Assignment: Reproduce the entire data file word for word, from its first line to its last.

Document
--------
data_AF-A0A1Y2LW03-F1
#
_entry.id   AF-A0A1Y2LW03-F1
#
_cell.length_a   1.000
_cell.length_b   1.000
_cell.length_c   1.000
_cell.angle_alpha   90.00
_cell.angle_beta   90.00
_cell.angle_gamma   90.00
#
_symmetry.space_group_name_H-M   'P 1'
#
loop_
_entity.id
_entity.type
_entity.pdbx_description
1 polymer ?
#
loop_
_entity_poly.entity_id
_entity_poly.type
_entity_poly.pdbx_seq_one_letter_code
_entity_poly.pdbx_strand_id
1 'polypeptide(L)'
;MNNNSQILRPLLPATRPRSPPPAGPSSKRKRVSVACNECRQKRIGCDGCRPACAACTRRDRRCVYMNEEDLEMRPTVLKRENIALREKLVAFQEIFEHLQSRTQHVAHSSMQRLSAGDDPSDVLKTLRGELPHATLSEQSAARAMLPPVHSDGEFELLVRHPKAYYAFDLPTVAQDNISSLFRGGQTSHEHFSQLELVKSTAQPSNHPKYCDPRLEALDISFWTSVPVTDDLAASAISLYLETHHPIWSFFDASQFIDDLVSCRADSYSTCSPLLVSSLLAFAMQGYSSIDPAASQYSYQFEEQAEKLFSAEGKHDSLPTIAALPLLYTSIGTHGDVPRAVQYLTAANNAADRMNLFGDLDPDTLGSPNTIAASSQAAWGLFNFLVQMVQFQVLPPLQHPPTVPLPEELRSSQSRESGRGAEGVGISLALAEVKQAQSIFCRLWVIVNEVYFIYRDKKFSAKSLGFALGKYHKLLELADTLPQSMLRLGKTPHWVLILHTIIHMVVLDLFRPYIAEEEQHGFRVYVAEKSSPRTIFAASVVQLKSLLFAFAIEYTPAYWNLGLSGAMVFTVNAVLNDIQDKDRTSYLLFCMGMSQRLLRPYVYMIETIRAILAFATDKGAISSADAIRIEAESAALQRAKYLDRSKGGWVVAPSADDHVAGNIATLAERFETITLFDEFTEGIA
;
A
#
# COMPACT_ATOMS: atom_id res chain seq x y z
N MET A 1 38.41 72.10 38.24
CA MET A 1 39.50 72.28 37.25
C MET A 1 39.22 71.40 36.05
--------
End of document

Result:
data_AF-A0A1Y2LW03-F1
#
_entry.id   AF-A0A1Y2LW03-F1
#
_cell.length_a   1.000
_cell.length_b   1.000
_cell.length_c   1.000
_cell.angle_alpha   90.00
_cell.angle_beta   90.00
_cell.angle_gamma   90.00
#
_symmetry.space_group_name_H-M   'P 1'
#
loop_
_entity.id
_entity.type
_entity.pdbx_description
1 polymer ?
#
loop_
_entity_poly.entity_id
_entity_poly.type
_entity_poly.pdbx_seq_one_letter_code
_entity_poly.pdbx_strand_id
1 'polypeptide(L)'
;MNNNSQILRPLLPATRPRSPPPAGPSSKRKRVSVACNECRQKRIGCDGCRPACAACTRRDRRCVYMNEEDLEMRPTVLKRENIALREKLVAFQEIFEHLQSRTQHVAHSSMQRLSAGDDPSDVLKTLRGELPHATLSEQSAARAMLPPVHSDGEFELLVRHPKAYYAFDLPTVAQDNISSLFRGGQTSHEHFSQLELVKSTAQPSNHPKYCDPRLEALDISFWTSVPVTDDLAASAISLYLETHHPIWSFFDASQFIDDLVSCRADSYSTCSPLLVSSLLAFAMQGYSSIDPAASQYSYQFEEQAEKLFSAEGKHDSLPTIAALPLLYTSIGTHGDVPRAVQYLTAANNAADRMNLFGDLDPDTLGSPNTIAASSQAAWGLFNFLVQMVQFQVLPPLQHPPTVPLPEELRSSQSRESGRGAEGVGISLALAEVKQAQSIFCRLWVIVNEVYFIYRDKKFSAKSLGFALGKYHKLLELADTLPQSMLRLGKTPHWVLILHTIIHMVVLDLFRPYIAEEEQHGFRVYVAEKSSPRTIFAASVVQLKSLLFAFAIEYTPAYWNLGLSGAMVFTVNAVLNDIQDKDRTSYLLFCMGMSQRLLRPYVYMIETIRAILAFATDKGAISSADAIRIEAESAALQRAKYLDRSKGGWVVAPSADDHVAGNIATLAERFETITLFDEFTEGIA
;
A
#
# COMPACT_ATOMS: atom_id res chain seq x y z
N MET A 1 38.41 72.10 38.24
CA MET A 1 39.50 72.28 37.25
C MET A 1 39.22 71.40 36.05